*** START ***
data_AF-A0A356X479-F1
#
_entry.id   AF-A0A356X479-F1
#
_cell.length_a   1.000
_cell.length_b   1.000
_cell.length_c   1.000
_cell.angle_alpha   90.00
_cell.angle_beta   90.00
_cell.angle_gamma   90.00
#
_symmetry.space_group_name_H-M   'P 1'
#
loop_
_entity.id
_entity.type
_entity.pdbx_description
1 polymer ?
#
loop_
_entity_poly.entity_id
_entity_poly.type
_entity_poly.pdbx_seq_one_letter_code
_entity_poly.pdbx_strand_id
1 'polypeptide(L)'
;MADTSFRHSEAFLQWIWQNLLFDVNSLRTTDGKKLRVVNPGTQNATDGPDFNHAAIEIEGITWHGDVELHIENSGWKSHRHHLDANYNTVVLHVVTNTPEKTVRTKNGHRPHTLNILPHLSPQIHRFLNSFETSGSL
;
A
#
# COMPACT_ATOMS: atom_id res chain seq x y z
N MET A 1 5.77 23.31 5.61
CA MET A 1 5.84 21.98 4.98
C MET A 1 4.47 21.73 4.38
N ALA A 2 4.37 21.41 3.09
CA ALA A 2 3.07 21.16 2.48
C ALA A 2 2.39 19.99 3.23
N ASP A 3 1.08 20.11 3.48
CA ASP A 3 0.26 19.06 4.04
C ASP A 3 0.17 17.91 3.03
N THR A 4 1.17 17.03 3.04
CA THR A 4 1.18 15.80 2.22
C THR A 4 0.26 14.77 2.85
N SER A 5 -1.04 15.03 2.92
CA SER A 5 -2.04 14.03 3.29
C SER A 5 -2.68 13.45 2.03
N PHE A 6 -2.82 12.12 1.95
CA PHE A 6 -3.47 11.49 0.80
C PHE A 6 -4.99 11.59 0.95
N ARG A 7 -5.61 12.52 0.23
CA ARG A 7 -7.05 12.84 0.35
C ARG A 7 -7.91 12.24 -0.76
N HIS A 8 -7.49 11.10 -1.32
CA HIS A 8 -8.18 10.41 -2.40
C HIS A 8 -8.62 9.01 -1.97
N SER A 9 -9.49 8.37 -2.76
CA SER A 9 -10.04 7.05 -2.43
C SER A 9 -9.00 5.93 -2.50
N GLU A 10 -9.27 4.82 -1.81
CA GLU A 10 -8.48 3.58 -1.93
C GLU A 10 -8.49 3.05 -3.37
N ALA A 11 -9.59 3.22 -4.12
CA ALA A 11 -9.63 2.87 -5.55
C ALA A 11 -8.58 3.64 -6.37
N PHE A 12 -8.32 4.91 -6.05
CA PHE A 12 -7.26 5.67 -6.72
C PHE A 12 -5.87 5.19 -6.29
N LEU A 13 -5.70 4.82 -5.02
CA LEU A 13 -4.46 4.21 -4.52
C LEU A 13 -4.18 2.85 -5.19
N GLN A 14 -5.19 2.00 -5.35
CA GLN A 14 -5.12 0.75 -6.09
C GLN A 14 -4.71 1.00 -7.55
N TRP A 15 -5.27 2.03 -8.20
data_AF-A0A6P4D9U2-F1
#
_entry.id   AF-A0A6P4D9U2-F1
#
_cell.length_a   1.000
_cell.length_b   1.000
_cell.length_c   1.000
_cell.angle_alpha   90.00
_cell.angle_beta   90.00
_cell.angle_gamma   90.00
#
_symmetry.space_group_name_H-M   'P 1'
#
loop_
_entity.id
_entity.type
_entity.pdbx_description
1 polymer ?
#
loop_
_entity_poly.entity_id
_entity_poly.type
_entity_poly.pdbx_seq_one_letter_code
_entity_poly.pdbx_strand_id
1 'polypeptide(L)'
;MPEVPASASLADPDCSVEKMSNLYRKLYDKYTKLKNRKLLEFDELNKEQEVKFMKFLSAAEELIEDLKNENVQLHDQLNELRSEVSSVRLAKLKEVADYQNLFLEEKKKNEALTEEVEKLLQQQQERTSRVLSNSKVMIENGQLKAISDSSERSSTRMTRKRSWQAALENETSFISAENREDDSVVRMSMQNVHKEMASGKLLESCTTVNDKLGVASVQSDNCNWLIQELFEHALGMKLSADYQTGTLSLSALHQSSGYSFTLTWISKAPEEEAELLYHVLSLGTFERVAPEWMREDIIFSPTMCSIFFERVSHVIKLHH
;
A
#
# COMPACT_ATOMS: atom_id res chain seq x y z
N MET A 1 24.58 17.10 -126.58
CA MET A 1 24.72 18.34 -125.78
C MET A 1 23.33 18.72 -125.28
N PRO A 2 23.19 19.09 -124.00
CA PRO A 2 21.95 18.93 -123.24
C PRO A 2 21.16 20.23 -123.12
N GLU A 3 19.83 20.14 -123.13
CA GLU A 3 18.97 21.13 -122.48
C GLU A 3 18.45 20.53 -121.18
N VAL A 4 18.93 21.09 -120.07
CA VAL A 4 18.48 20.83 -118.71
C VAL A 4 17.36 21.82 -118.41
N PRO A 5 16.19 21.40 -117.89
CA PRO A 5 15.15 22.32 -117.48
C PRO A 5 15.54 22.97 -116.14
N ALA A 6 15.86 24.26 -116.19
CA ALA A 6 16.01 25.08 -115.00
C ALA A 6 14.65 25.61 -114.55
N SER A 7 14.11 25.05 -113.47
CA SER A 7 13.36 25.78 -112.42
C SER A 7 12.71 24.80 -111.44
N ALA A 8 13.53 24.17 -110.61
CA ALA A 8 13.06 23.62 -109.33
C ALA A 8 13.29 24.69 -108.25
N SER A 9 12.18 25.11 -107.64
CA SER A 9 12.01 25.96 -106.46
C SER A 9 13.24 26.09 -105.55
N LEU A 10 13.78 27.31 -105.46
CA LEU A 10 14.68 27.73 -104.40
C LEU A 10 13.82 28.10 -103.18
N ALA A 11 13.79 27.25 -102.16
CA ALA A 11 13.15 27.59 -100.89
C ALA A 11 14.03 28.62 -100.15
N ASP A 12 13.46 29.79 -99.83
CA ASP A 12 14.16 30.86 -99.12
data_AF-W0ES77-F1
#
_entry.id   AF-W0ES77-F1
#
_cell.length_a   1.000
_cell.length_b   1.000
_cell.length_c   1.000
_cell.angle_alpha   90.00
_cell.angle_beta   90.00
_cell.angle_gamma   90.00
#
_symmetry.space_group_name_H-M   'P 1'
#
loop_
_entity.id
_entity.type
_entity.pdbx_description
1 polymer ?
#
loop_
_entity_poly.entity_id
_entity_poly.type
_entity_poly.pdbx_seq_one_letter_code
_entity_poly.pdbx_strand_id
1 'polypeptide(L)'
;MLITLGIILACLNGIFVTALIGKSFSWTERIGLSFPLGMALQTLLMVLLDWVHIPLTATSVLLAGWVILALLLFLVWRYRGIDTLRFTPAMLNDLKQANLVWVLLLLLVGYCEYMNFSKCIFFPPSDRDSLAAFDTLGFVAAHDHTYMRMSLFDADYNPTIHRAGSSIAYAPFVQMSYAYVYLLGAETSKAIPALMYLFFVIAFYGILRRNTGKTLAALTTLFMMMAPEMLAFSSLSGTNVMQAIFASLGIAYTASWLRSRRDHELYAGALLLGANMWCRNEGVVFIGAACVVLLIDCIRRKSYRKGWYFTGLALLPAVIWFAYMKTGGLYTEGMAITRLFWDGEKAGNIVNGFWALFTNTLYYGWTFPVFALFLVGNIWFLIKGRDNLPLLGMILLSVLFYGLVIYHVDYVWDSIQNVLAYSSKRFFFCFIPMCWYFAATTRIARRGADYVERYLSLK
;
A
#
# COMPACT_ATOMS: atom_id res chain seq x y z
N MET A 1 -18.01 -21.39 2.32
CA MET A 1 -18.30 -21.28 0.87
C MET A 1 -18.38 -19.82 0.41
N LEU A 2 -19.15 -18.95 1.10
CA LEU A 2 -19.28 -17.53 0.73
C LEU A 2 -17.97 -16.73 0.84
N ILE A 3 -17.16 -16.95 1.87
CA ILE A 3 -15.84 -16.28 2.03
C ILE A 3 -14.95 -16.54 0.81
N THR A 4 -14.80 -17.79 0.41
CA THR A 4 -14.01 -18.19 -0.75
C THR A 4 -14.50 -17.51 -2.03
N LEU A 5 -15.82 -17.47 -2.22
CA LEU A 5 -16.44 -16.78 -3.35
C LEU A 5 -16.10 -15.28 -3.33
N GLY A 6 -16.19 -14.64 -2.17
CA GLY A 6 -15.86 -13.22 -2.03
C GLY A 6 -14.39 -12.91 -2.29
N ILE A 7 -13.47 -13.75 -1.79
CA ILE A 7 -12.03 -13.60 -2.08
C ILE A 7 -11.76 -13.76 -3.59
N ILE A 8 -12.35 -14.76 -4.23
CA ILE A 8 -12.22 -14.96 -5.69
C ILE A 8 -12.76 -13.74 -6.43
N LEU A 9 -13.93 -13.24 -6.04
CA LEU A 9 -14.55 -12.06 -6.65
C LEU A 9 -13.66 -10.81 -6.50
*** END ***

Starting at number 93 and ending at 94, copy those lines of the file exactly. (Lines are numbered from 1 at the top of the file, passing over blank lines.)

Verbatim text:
loop_
_entity_poly.entity_id